Have you ever done something that made you feel all tingly inside at the time only to be haunted by it later?
And in this case, I’m not actually talking about my teenage years when mooning people and pantsing friends were some of my finer achievements.
I’m not referring to deciding to have kids, either.
Let me share a passage from my old “Losing It!” weight-loss column that I wrote for the Deseret News in April 2009:
I am obese. Have been — by clinical definition, not my own — for the past 20 years.
That time period, by the way, includes all of my adulthood, plus most of my senior year in high school when I was voted “Most Likely to Own a Fast-Food Joint” and won a mouth-stuffing marshmallow contest.
Ah, those were the days.
Speaking of things in my past, that’s where I left my membership in the 200-pound club.
Yep, medical professionals can still call me that O-word. Heck, they can even call me late for dinner now. But they can no longer call me a 200-pounder.
That was a fun column to write. Over the course of a decade, I’d gone from 371 pounds down to 246, back up to 355, then dropped to 265, then up again to 328 to 233 to 275 and then all the way down to 198.2 pounds at the time that column was published.
Fast forward to 2017, and I’m thrilled to announce that I now weigh 197.4.
My “I LOST 0.8 POUNDS IN EIGHT YEARS! ASK ME HOW!!!” shirts will go on sale soon.
I joke because I’m trying to not cry while I write this blog. While I did celebrate after stepping on my scale this morning and seeing that number, there are a lot of emotions rattling around my soul.
I was so happy to get below 200 in 2009. It had been a long journey. I’d been on a lot of diets. I’d exercised a lot. I’d gulped down a lot of cabbage soup. I’d finally reached my goal of being in “Onederland,” as some dieters call the 100s, after spending all of my adult life in the 200s and 300s.
The celebration didn’t last long.
By the time I wrote my column in May 2009, I’d jumped up to 214. I gained 16 pounds in a month. It just kept going up and up and up — there was the time in 2011 when I did an Ironman triathlon to get my weight back down in the 230s from the 280s — and up and up and up and up.
Fast forward to March 2016, and I wasn’t so pleased to announce that I weighed 373.7 pounds.
My feelings went from tingly to torment.
Geez. I’m writing the most depressing “I’VE LOST 176.3 LBS AND GOT UNDER THE 200-POUND MARK” blog ever, aren’t I?
My intention isn’t to have you mourn my success with me. Don’t get me wrong. I’m excited. Very excited! I smiled and cheesily said “WHO’S THE MAN!?!” out loud after stepping on the scale this morning.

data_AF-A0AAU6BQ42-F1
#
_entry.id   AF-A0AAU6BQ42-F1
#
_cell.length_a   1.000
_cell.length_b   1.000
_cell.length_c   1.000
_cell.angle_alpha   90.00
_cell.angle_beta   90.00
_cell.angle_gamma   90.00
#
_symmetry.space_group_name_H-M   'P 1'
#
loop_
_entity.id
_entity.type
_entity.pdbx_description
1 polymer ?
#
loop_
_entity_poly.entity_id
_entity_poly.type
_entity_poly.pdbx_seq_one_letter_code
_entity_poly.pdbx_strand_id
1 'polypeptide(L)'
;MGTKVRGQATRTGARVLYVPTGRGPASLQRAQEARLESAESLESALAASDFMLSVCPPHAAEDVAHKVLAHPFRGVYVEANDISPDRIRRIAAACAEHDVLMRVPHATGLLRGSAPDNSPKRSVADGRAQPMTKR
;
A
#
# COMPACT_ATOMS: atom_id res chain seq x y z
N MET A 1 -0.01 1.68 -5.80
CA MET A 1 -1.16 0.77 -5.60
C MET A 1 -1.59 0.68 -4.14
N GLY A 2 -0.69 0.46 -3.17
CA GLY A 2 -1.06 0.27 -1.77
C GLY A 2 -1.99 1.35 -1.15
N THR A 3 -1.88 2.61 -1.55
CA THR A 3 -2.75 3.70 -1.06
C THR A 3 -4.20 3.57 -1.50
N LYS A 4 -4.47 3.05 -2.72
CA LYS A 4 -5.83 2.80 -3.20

(Nobody in my house answered my question, but the correct answer obviously is: “You, Jody. You are the man! Don’t even think about mooning or pantsing me even though you weigh what you did as a teenager.”)
I just have mixed emotions — a common theme for me lately — about getting under the 200-pound mark. I’ve drowned my self-esteem in feelings of failure and frustration over the past eight years because I only stayed in the 190s for a few weeks after working so hard to get there.
Who does that!?!
I was like the lottery winner who quickly burned through his winnings and ended up poverty-stricken again.
It’s hard to want something so badly and then have it slip out of your hands.
I felt that pain, that anguish, that regret for years. While gaining pound after pound after pound, I’d tell myself that it wouldn’t even be worth trying to get back under 200 pounds again.
Seriously, do you know how hard it is to lose 170-plus pounds once let alone twice!?
Do you know how big of a failure someone feels like when they gain that much weight a second time?
Do you know how awful it feels to know that people can see your biggest weakness and body get bigger by the day? And to think — accurately or not — that they’re judging you and your inability to seize control of your appetite and life?
Do you know what kind of doubts creep into your mind about even thinking about attempting to do something so massive they’ve already done and failed at?
Do you know that I just reached my limit on how many “Do you know?” questions I can ask in a row?
I was such an emotional mess last year when I finally decided to tackle this issue another time. I’m so grateful that I found the spark within myself to try again. It’s OK to fail. It’s not OK to give up. As a health coach, I’m turning my mess into my message.
I definitely am.
It means even more this time than it did last time.
It’s one thing to climb a mountain once. It’s a whole ‘nother thing to climb a mountain a second time when you know how tough it really is to do and you just tumbled from the summit to the bottom.
After the emotional release I just experienced from writing out some painful thoughts in this blog, my heart and mouth are smiling.
And I should be smiling!
I’ve lost 176.3 pounds.
I only weigh 197.4 pounds after starting at 373.7 just 17 months ago.
I’m now down to the lowest weight I’ve been in nearly three decades — since the beginning of my senior year of high school in 1988. (Go Kearns High! Class of ’89 rules!)
I’m just three pounds away from moving into the Overweight Category on the BMI chart instead of being labeled Obese.
I’m 10 pounds away from being half the man I used to be.
I’m 36 pounds away from my goal weight.
And better than all of that — far more important than any number on the scale — I have health, happiness and hope. That all seemed unobtainable while I wallowed in misery and self-destructive behavior and self-loathing before I decided to choose faith in my future over fear of my past.
Do you know how good that feels?
This week’s weigh-in:
- Starting weight (March 6, 2016): 373.7 pounds
- New Year’s Day weight (Jan. 1, 2017): 262.0
- Last week’s weight (July 28, 2017): 200.8
- This week’s weight (Aug. 4, 2017): 197.4
- This week’s loss: 3.4 pounds
- Total loss: 176.3 pounds